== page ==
Contradictory Feelings (Miss America by Day Re-Read-16: Chapter 2 – The Night Child (continued))

(The following is the 16th in a series of posts related to my re-reading of Miss America by Day: Lessons Learned from Ultimate Betrayal and Unconditional Love, by Marilyn Van Derbur.)

Adding to my previous posts on Chapter 2 of Miss America by Day, something else that stood out and that I found myself thinking of as I’ve re-read this chapter:

. . . it feels good . . . I hate the feeling.

This is how Ms. Van Derbur describes the torment of contradictory feelings a sexually abused child can have about feeling pleasure during abuse.

Ms. Van Derbur attributes her hatred of feeling pleasure during the abuse to her desire to maintain control, as much as possible, over her body and feelings in the face of her father’s onslaughts. For her body to experience pleasure was to lose control and, thereby, allow her father to “win.” I can certainly identify with such loss of control as a factor in my own contradictory feelings—including of pleasure and hating the pleasure—when being abused by my father.

There are, in addition, two other aspects to the extreme emotional-sensory dissonance I experienced while being abused that I can think of:

One aspect could be termed the “punishment guilt factor”: just before raping me, when I was nine years old, my father told me that I had misbehaved and that he was going to have to spank me for it, and then, instead of spanking me, raped me. (You can see me reading passages from Preludes, my short story, that describe this lead-up in the Preludes promo video on the top page and “Preludes” page of this site.) So I believe that, while I was experiencing pleasure during my father’s abuse, a part of me was feeling, if the feeling could have been put into words: But I shouldn’t be feeling good—my father said he was punishing me! And so this part of me would have been feeling a sense of guilt highly dissonant with the sensory pleasure I experienced during the abuse (not when I was being raped but at some other times).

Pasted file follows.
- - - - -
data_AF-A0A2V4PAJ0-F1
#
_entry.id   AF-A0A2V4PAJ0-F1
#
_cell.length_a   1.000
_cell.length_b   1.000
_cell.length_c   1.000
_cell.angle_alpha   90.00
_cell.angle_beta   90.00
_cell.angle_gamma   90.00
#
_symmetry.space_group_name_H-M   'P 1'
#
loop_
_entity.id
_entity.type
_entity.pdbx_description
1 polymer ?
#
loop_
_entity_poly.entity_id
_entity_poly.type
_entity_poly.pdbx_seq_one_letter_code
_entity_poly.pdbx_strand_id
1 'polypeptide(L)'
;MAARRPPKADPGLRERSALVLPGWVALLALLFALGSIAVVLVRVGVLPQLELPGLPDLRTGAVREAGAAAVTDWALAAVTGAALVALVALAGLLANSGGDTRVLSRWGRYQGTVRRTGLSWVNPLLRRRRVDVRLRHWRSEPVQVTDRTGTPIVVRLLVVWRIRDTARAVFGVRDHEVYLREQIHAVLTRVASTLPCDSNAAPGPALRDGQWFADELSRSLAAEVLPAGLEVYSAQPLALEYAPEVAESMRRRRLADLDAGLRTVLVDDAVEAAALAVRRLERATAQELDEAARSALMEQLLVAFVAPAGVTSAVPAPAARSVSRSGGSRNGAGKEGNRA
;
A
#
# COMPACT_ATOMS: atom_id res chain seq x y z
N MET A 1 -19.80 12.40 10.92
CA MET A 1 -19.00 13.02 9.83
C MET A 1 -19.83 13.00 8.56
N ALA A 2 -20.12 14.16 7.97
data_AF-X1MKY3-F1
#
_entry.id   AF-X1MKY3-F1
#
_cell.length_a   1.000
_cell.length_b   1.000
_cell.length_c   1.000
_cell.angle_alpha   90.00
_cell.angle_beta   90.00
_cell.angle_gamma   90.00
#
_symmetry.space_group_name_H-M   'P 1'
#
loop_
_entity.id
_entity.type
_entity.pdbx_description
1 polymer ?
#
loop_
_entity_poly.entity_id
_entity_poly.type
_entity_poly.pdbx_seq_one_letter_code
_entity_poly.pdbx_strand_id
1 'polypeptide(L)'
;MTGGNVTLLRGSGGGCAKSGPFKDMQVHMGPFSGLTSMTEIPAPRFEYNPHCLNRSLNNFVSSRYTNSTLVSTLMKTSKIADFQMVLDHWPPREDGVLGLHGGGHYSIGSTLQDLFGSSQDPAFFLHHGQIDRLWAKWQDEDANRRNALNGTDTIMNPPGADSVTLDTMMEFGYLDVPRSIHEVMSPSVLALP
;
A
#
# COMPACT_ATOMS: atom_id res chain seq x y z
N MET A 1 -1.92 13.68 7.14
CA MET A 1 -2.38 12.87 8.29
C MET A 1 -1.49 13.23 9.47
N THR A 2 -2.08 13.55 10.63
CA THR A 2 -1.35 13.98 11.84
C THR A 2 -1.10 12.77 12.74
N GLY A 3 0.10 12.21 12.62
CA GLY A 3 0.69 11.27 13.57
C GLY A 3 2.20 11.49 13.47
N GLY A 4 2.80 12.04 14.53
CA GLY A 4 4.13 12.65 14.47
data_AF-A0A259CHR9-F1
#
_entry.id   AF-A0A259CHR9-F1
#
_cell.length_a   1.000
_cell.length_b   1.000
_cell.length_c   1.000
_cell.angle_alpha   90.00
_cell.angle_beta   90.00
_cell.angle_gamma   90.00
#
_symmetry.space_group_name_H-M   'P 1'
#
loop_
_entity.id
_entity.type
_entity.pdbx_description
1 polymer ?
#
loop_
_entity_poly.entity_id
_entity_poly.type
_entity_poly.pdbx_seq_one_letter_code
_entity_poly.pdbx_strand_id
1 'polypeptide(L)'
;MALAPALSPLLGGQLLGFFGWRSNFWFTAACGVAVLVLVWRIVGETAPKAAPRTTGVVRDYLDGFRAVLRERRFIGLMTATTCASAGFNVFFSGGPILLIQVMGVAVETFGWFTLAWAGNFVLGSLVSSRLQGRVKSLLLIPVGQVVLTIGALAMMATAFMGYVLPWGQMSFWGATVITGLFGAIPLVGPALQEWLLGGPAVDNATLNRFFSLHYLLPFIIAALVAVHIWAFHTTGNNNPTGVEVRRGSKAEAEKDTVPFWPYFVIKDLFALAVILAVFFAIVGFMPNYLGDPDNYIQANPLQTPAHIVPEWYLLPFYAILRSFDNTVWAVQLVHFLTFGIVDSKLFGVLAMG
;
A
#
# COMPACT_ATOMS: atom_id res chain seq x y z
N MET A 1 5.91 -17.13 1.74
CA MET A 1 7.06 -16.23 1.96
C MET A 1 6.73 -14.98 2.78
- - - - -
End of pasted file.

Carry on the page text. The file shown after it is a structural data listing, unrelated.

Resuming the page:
The other additional aspect of emotional-sensory dissonance, for me, involved a feeling of physical pain rising up through my solar plexus that countervailed against the feelings of pleasure I was experiencing in my genitals (at least until my penis became swollen, raw, and sore from the abuse and all pleasurable sensation there vanished), nipples, and brain. As I describe it in Preludes:

At some point the boy—as his father continued to stroke and fondle—began to feel the pulses of pain rising up slowly through his solar plexus from a place that felt infinitely deep. He placed his right hand over the spot where the pain was rising, then tried to keep his body as rigid, unmoving as he could make it. If only he could achieve a perfection of stillness, it would be easier to believe he wasn’t there, in his alcove with his father; that none of this was happening. But the pain continued pulsing slowly up through his solar plexus . . .

And so on.


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